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Although Witold Gombrowicz’s unique, idiosyncratic writings include a three-volume Diary, this voluminous document offers few facts about his early life in Poland before his books were banned there and he went into voluntary exile. Polish Memories—a series of autobiographical sketches Gombrowicz composed for Radio Free Europe during his years in Argentina in the late 1950s ...more
Hardcover, 208 pages
Published September 10th 2004 by Yale University Press
(first published 1979)
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Gombrowicz’s memory-work here illuminates so many of the complexities of interwar Poland that it becomes much clearer how he came to his conception of Form later on. Through a mix of (im)mature individualism, caustic joking, post-gentry grotesque, interactions with a cast of intriguing and ridiculous literati, and accessible yet tense social and political insight, we are given a version of the “Polish complex” laid personally bare, like the story of a scar at its most entertaining.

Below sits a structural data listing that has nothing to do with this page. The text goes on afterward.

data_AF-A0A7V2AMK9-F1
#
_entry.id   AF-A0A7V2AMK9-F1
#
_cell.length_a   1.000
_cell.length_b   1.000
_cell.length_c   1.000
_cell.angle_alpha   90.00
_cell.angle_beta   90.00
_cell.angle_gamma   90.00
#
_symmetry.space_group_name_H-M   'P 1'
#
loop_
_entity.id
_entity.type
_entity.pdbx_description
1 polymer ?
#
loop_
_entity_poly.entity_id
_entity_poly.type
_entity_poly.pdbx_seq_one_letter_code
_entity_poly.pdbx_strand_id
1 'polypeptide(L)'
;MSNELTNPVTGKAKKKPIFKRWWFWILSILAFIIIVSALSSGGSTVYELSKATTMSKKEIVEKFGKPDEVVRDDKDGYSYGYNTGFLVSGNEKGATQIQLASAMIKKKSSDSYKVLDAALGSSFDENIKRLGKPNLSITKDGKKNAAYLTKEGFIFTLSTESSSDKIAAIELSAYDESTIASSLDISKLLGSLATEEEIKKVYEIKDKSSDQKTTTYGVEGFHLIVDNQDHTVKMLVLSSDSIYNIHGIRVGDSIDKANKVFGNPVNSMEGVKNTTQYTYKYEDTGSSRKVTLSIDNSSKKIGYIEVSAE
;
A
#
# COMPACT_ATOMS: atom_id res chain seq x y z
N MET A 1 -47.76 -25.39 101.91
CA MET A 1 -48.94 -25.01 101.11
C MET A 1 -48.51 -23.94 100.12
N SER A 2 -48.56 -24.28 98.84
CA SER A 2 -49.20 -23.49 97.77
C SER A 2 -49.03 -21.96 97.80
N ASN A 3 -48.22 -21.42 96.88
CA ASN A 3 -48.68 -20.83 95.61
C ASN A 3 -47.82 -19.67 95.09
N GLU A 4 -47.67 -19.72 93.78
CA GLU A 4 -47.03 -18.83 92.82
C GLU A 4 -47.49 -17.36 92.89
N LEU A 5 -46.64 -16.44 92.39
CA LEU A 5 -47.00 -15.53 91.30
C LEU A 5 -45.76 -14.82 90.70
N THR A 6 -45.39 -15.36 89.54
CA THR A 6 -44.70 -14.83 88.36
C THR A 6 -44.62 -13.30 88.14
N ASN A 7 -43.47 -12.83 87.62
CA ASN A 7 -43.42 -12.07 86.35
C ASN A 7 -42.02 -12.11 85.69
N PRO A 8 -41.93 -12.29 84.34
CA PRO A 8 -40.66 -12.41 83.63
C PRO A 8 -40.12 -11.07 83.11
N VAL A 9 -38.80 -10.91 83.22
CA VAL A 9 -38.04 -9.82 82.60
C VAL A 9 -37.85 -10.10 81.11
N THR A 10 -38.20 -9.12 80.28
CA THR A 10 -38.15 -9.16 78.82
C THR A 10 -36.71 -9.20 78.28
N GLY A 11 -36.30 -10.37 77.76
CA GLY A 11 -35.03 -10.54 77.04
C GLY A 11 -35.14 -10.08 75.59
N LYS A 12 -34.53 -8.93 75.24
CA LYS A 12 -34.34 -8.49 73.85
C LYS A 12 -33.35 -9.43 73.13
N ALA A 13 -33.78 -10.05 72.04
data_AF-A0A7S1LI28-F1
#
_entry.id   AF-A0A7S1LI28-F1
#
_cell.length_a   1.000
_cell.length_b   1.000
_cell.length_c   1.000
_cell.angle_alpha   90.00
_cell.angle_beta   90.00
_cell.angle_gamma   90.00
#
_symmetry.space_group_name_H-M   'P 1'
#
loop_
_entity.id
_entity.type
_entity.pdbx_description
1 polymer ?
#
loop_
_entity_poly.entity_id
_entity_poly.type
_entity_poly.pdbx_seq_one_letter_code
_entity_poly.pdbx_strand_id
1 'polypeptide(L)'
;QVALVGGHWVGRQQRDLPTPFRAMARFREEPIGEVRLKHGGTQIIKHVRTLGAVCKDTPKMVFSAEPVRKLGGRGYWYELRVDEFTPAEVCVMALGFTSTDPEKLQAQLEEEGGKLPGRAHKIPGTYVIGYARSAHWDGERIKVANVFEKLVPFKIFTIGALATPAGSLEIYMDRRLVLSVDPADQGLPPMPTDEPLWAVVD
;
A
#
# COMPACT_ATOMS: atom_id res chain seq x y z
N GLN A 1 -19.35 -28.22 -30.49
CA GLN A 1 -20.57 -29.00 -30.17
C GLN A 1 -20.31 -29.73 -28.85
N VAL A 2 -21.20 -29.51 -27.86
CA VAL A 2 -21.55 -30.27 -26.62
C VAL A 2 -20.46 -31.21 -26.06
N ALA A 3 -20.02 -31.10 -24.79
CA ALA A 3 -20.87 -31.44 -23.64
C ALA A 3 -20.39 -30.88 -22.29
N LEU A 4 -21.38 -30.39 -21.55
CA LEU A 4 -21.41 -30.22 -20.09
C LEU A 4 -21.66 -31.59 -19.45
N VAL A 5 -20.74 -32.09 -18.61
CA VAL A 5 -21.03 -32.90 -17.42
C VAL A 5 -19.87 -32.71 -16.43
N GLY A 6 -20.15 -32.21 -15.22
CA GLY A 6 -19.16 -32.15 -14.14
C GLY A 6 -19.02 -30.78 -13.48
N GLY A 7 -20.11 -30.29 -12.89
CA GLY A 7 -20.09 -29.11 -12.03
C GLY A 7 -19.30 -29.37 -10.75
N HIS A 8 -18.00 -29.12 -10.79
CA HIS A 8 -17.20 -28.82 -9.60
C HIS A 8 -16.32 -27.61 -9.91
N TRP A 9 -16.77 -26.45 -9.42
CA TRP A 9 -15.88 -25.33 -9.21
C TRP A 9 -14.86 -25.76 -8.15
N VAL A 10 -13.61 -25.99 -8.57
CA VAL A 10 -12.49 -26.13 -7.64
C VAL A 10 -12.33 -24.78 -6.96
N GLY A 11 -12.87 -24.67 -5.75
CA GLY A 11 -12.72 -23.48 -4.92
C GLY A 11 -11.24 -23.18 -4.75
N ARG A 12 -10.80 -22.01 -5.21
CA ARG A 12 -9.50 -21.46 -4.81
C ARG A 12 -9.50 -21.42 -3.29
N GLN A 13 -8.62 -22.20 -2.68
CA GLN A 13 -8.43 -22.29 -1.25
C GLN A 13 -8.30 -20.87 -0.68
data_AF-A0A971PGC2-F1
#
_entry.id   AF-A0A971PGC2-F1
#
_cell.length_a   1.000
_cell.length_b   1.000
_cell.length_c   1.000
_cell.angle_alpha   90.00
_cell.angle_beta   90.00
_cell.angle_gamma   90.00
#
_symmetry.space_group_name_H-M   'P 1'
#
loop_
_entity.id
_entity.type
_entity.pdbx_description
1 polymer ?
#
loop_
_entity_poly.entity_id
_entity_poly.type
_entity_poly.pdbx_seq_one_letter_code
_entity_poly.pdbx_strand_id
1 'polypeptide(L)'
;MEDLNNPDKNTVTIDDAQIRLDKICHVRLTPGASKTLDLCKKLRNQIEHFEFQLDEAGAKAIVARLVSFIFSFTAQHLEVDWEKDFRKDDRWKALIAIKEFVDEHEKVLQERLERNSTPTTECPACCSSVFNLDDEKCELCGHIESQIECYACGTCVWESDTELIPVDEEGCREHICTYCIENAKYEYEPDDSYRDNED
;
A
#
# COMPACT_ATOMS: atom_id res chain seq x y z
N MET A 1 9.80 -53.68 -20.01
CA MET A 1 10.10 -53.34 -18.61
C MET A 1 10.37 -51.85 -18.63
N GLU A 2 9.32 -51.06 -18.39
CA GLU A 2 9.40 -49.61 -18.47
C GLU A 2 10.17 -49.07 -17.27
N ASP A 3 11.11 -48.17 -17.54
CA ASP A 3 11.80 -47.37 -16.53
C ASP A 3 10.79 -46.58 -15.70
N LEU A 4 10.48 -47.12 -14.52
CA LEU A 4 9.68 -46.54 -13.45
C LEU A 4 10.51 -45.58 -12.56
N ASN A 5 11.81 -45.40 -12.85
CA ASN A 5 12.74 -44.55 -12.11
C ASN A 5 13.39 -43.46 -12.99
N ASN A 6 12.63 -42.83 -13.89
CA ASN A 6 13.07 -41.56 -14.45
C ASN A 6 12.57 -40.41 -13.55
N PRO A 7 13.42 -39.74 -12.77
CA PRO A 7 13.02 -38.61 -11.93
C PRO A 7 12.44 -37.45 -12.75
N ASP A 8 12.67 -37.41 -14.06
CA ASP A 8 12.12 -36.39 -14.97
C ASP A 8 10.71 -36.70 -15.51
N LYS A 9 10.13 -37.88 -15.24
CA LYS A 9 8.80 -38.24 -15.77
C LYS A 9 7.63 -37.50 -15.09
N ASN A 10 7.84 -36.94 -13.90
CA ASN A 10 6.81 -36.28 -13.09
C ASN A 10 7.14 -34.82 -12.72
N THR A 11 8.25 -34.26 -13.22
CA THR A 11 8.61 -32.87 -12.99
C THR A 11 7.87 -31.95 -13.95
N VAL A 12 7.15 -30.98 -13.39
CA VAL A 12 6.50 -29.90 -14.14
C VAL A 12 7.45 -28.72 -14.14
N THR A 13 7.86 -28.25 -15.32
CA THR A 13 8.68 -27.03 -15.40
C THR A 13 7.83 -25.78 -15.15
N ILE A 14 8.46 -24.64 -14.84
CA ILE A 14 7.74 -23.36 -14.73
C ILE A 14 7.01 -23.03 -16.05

My first introduction to Polish literature culture beyond the immediate environs of Greenpoint. It's somewhat odd to read someone's memoirs before reading any of their fiction, but this is a wonderful book. Covering the time in between the two world wars, it's an interesting slice of life, and Gombrowicz's recollections of the Polish literary scene and shifting political landscape are quite interesting. Now to read some of his "real" writing!
Witold Marian Gombrowicz (August 4, 1904 in Małoszyce, near Kielce, Congress Poland, Russian Empire – July 24, 1969 in Vence, near Nice, France) was a Polish novelist and dramatist. His works are characterized by deep psychological analysis, a certain sense of paradox and an absurd, anti-nationalist flavor. In 1937 he published his first novel, Ferdydurke, which presented many of his usual themes: ...moreMore about Witold Gombrowicz...